Children

Calcium Bone is a dynamic tissue that is constantly being formed and resorbed; in children, bone formation is greater than resorption. Adequate calcium intake during childhood is essential for bone mass development. Data for calcium intake, presented in Table 2, indicate that for children in the United States, only those younger than 8 years of age are meeting their recommended intake. Factors that may contribute to low calcium intake are restriction of dairy products, low vegetable consumption, and high intake of low-calcium beverages such as juices and sodas. The highest calcium intake levels are required during the preteen and adolescent years to support the rapid growth and bone mineralization associated with pubertal development. In girls, peak calcium absorption and deposition takes place at or near menarche; at this life cycle stage, the bone calcium deposition rate is five times greater than that in adults. During peak bone mass development, calcium intakes of less than 1000mg/day are associated with lower bone mineral density. Epidemio-logic studies have found a direct correlation between calcium intake and bone density in children. Evidence suggests that low intake of dairy products during childhood and adolescence may result in less bone mass and greater risk of fracture as an adult. In addition, evidence from randomized trials suggests that increasing the calcium intake of girls is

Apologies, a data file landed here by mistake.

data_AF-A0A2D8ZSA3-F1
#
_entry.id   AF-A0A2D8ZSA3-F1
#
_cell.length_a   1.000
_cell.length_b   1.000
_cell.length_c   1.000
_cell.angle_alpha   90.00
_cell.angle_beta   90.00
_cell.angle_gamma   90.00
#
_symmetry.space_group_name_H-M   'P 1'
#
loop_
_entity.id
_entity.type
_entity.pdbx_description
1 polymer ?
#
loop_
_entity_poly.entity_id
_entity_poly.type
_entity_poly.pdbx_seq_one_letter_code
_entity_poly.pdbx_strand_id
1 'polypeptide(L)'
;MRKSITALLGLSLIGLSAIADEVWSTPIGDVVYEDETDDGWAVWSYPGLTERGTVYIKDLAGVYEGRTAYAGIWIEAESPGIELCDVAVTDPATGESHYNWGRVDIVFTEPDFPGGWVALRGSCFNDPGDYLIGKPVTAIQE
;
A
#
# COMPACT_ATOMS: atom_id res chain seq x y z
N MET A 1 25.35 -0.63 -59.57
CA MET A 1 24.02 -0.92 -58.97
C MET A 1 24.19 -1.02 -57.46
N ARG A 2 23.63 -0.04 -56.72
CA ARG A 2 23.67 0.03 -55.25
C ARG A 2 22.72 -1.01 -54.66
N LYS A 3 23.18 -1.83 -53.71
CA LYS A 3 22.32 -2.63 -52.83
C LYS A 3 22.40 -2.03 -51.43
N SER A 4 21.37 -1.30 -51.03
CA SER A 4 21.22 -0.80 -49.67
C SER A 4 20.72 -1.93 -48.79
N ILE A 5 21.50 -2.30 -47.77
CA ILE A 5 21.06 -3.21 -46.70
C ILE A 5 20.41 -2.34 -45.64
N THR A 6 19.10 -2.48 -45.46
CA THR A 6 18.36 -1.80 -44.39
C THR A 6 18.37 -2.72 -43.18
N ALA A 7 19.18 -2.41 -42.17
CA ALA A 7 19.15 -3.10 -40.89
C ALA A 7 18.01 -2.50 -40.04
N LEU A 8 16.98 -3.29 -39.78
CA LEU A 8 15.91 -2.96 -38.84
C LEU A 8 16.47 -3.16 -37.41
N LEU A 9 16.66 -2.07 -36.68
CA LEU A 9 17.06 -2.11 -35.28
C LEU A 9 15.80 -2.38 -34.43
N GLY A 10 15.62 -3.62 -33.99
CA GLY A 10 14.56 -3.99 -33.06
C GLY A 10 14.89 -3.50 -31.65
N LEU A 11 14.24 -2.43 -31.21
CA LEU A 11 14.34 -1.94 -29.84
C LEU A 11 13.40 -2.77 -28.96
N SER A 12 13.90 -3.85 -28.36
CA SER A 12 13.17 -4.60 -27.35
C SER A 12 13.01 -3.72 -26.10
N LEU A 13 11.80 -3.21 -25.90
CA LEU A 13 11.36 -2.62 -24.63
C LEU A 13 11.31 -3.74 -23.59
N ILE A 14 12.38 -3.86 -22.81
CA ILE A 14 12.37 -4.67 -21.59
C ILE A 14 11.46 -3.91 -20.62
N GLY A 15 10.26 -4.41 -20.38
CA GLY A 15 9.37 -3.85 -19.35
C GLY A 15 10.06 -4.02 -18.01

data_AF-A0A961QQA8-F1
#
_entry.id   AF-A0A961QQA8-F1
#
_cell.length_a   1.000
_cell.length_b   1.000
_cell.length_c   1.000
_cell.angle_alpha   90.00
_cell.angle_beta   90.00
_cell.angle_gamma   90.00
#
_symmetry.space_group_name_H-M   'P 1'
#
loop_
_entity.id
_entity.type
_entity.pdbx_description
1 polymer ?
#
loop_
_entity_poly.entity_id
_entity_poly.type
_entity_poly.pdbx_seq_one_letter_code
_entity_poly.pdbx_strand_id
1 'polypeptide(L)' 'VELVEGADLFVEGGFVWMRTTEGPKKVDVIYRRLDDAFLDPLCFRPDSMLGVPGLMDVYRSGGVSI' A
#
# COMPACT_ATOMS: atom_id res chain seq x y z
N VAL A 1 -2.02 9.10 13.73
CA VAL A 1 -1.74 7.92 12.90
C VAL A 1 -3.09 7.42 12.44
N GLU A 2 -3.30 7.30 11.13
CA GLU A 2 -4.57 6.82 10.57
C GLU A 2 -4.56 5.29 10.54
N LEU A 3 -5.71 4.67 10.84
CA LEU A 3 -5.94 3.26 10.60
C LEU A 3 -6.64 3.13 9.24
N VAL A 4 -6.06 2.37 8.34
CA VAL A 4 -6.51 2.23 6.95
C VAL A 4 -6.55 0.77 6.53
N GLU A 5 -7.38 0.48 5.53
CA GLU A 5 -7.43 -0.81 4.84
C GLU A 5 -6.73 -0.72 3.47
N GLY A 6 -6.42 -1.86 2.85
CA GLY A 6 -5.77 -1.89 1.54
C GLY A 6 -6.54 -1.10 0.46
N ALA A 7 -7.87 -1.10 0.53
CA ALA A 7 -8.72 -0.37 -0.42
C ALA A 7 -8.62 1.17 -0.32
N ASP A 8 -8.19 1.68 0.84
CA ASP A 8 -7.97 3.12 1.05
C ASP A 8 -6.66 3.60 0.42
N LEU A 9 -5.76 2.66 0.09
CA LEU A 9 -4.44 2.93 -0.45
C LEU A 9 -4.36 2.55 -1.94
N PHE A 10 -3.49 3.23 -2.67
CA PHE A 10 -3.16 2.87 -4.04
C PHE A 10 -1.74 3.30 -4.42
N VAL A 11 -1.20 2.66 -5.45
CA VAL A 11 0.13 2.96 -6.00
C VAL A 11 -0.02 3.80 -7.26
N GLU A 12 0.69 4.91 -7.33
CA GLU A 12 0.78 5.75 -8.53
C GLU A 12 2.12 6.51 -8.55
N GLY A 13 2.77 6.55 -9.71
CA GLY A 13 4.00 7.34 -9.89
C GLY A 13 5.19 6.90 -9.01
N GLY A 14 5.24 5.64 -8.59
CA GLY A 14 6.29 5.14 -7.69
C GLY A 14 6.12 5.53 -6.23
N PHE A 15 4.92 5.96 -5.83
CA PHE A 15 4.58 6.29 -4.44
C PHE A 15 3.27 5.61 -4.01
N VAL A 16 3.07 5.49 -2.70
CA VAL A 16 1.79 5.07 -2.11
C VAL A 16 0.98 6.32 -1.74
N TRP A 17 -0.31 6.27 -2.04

Table 2 Average calcium intake and recommended adequate intake levels for US children

Age/gender

1-3 years/ 4-8 years/ 9-13 years/ 9-13 years/ 14-18 years/ 14-18 years/ M and F M and F F M F M

Average intake (mg) 793 838 918 1025 753 1169

Adequate intake (mg) 500 800 1300 1300 1300 1300

From Institute of Medicine (1997) Dietary Reference Intakes for Calcium, Phosphorus, Magnesium, Vitamin D, and Fluoride. Washington, DC: National Academy Press.

associated with increased bone mineral deposition, especially during prepuberty. Although it is best to obtain as much calcium as possible from foods, because calcium-rich foods also provide nutrients involved in calcium utilization, calcium supplements may be necessary for children who do not eat calcium-rich foods.

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